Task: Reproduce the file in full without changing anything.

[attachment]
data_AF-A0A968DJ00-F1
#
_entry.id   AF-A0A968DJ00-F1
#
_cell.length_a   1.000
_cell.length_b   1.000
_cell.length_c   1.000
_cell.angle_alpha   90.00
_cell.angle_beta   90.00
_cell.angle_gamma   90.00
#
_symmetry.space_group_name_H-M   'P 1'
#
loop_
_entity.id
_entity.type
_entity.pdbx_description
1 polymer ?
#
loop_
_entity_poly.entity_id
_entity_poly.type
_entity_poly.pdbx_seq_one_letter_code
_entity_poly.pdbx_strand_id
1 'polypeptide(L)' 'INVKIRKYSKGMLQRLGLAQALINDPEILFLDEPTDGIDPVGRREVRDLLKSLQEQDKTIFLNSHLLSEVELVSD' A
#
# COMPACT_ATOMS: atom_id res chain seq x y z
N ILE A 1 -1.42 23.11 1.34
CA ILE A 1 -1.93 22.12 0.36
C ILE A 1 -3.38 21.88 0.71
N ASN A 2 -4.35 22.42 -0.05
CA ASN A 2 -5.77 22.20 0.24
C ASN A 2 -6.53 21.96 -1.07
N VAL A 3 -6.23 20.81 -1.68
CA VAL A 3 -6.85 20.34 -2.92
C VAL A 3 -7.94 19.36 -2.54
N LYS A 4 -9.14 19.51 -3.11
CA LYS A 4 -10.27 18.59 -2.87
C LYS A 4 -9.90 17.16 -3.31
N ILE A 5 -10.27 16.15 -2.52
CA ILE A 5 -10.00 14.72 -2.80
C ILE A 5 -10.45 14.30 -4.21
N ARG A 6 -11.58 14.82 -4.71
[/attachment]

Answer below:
data_AF-A0A968DJ00-F1
#
_entry.id   AF-A0A968DJ00-F1
#
_cell.length_a   1.000
_cell.length_b   1.000
_cell.length_c   1.000
_cell.angle_alpha   90.00
_cell.angle_beta   90.00
_cell.angle_gamma   90.00
#
_symmetry.space_group_name_H-M   'P 1'
#
loop_
_entity.id
_entity.type
_entity.pdbx_description
1 polymer ?
#
loop_
_entity_poly.entity_id
_entity_poly.type
_entity_poly.pdbx_seq_one_letter_code
_entity_poly.pdbx_strand_id
1 'polypeptide(L)' 'INVKIRKYSKGMLQRLGLAQALINDPEILFLDEPTDGIDPVGRREVRDLLKSLQEQDKTIFLNSHLLSEVELVSD' A
#
# COMPACT_ATOMS: atom_id res chain seq x y z
N ILE A 1 -1.42 23.11 1.34
CA ILE A 1 -1.93 22.12 0.36
C ILE A 1 -3.38 21.88 0.71
N ASN A 2 -4.35 22.42 -0.05
CA ASN A 2 -5.77 22.20 0.24
C ASN A 2 -6.53 21.96 -1.07
N VAL A 3 -6.23 20.81 -1.68
CA VAL A 3 -6.85 20.34 -2.92
C VAL A 3 -7.94 19.36 -2.54
N LYS A 4 -9.14 19.51 -3.11
CA LYS A 4 -10.27 18.59 -2.87
C LYS A 4 -9.90 17.16 -3.31
N ILE A 5 -10.27 16.15 -2.52
CA ILE A 5 -10.00 14.72 -2.80
C ILE A 5 -10.45 14.30 -4.21
N ARG A 6 -11.58 14.82 -4.71